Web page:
by situations and it's one of the implications of both the milligram experiment is embargo. the stanford prison experiment was i think, a unique attempt to answer that question of what makes some people behave in good way. but what makes some people having a bad way? and so the idea was let's, let's find an evil place and prisons everywhere in the world are evil places. and let's fill this evil place with only good people. to get the students involved, i had convinced the palo alto police department to make mock a wreck of all the students who got a president. and then they came down to the basement of at stanford psychology
department. the place where the prison study was done. the idea is prison is made to feel inferior, insignificant, worthless. the most important thing is you take away their name, they become a number. and of course, given they have smocks it with no underpants that behind is showing like my 1st hour in there. it was humiliating, lose also, abrupt was quick. it was just, you know, take him off, put this on. and then i got dusted with baking soda, which was supposed to be the de lauser, and i was lebanon. the cell, what some bardo did was a very cheap knock off of the kind of thing that milgram was doing.
not always embargo, but i think, you know, the guard called john wayne believed that ethics don't matter if the environment is artificial. and that's not true. all life is real life we needed to get tougher with the prisoners and it could well be that we were instructed by the experimenters to get tougher. in fact, i don't think we considered ourselves to be a subject of the experiment. were merely a tool of the researchers to get the results they wanted from the real subjects, which we thought were the prisoners. and i decided to become the nastiest prison guard that i could make myself for black. i was responsible for coming up with all of these routines that i would put the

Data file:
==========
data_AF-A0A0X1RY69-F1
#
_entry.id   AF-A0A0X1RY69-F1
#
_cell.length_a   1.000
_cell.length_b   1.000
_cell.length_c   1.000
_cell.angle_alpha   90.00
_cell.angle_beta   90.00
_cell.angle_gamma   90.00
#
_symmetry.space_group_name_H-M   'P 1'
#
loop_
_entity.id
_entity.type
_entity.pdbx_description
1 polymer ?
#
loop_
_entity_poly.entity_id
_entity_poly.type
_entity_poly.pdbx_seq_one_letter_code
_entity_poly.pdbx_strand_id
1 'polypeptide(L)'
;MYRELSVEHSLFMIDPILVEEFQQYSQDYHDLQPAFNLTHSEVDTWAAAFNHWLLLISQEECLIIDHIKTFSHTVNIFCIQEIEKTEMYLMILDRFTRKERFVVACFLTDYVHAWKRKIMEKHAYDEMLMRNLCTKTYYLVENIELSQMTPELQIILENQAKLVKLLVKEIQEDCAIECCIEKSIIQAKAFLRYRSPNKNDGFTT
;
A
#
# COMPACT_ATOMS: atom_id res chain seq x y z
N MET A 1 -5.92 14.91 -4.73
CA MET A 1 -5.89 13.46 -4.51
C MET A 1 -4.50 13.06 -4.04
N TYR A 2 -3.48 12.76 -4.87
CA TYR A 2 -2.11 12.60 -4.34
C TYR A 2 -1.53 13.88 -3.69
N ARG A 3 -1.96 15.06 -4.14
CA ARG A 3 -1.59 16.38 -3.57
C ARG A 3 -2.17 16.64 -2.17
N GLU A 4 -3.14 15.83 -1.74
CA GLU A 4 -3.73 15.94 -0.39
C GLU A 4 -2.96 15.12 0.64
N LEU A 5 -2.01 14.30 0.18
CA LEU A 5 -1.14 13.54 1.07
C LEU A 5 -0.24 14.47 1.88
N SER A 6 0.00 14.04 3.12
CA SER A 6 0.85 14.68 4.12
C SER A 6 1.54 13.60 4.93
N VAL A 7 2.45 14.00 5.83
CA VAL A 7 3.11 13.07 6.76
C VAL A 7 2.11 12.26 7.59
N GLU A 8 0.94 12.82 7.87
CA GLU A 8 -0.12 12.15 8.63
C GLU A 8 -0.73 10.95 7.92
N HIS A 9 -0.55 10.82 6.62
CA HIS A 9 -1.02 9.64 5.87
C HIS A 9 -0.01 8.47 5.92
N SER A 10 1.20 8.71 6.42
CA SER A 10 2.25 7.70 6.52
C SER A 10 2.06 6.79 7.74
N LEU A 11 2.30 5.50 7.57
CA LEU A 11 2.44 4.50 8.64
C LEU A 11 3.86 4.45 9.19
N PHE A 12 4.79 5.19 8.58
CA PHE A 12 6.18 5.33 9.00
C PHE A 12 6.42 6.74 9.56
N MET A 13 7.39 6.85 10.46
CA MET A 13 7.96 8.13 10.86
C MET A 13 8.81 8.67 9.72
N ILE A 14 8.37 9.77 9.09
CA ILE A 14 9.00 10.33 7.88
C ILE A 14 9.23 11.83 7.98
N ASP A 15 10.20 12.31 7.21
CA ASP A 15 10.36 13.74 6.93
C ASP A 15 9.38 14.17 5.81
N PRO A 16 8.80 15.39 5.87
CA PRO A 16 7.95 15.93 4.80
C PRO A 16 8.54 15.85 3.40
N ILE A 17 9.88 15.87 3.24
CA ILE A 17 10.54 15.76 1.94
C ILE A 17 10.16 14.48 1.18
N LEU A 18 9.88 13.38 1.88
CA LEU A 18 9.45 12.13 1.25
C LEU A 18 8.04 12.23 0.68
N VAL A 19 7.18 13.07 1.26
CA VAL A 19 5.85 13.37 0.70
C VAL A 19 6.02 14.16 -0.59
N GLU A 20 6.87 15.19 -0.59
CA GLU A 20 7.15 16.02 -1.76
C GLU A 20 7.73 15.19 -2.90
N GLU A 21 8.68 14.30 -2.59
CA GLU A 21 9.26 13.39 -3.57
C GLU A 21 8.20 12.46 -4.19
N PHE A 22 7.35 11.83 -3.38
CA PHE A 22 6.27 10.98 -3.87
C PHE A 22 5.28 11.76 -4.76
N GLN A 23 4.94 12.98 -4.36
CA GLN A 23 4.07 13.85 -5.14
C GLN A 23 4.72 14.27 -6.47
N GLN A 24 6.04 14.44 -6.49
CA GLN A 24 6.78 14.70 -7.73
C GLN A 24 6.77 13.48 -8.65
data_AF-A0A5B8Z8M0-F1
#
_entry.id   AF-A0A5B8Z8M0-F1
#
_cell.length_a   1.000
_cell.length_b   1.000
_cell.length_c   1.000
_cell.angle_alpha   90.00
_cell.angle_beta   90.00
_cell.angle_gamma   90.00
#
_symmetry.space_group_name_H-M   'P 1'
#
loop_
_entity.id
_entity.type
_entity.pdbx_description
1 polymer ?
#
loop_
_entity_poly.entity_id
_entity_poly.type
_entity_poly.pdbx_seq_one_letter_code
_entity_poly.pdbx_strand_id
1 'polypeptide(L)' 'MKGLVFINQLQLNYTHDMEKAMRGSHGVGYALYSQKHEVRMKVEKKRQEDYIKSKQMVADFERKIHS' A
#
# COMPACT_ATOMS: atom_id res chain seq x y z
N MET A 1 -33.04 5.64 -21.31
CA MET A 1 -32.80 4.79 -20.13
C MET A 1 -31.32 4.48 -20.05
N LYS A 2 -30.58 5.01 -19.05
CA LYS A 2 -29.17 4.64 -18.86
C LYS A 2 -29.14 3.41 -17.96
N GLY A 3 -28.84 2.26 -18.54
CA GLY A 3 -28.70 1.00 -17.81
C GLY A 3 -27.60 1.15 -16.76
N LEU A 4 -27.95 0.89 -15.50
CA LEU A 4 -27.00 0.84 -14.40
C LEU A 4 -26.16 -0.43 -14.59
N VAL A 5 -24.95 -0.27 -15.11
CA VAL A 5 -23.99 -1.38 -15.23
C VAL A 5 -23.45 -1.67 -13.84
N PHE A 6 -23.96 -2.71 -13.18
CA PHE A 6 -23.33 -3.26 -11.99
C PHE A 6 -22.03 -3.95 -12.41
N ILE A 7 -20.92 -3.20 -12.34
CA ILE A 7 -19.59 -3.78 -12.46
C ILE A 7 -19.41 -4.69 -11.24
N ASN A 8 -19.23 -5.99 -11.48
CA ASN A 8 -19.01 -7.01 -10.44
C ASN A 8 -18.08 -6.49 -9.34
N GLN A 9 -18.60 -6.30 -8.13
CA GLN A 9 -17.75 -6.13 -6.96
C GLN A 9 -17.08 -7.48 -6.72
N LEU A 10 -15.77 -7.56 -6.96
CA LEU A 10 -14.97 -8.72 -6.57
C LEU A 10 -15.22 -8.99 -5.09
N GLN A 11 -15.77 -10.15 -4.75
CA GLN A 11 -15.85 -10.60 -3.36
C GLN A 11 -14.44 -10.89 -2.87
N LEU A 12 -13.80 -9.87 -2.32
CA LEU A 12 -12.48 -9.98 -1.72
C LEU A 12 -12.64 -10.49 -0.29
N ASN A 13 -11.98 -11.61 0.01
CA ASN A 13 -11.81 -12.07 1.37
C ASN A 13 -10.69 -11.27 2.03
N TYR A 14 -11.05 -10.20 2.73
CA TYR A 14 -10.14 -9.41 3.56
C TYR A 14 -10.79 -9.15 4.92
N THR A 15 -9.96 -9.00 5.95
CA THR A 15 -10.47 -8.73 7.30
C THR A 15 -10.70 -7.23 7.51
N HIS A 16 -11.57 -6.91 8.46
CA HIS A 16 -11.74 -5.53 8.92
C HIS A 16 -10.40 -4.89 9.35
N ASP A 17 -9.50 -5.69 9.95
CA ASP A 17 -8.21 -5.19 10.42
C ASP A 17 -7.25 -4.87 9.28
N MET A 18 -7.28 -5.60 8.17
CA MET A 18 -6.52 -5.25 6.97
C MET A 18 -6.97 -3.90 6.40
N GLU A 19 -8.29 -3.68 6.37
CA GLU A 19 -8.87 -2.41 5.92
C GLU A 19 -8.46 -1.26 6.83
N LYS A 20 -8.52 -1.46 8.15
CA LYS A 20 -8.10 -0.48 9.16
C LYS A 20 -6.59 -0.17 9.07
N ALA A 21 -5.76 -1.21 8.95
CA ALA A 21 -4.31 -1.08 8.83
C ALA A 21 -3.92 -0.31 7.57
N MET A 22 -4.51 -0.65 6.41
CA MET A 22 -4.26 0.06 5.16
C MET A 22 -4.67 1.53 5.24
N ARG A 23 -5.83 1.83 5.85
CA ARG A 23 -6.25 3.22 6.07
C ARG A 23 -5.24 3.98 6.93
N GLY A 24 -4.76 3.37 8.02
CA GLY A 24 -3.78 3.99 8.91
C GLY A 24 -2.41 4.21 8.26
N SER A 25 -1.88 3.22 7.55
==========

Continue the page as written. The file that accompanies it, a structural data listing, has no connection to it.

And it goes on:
prisoners through where i'd have them stand and align, recite their numbers, do push up to do jumping jacks. i had never once stop to think that these prisoners were suffering any harm or any damage. we're not, we're not treating anybody. we're just sort of applying psychological pressure on them. it harms me. how did, how does it harm just that people can be like yeah, it let me in on some knowledge that, that i've never experienced 1st hand. i read about it, i read a lot about it, but i've never experienced it for 10. i've never seen someone turn that way. i knew you were a nice guy. you know well you and position. what would you i dont
ah, situational forces can overwhelm, can dominate even the best of us. ordinary people, put in a bad evil environment, can become transformed, to become part of that negative environment. and it's any of us, or in fact most of us the office of naval intelligence, it was pretty consistent cut out front for cia. they funded much of this research. and i don't know if there was a yield that they, they produce a yield for this cruel science. i don't, i that's, it's maybe more,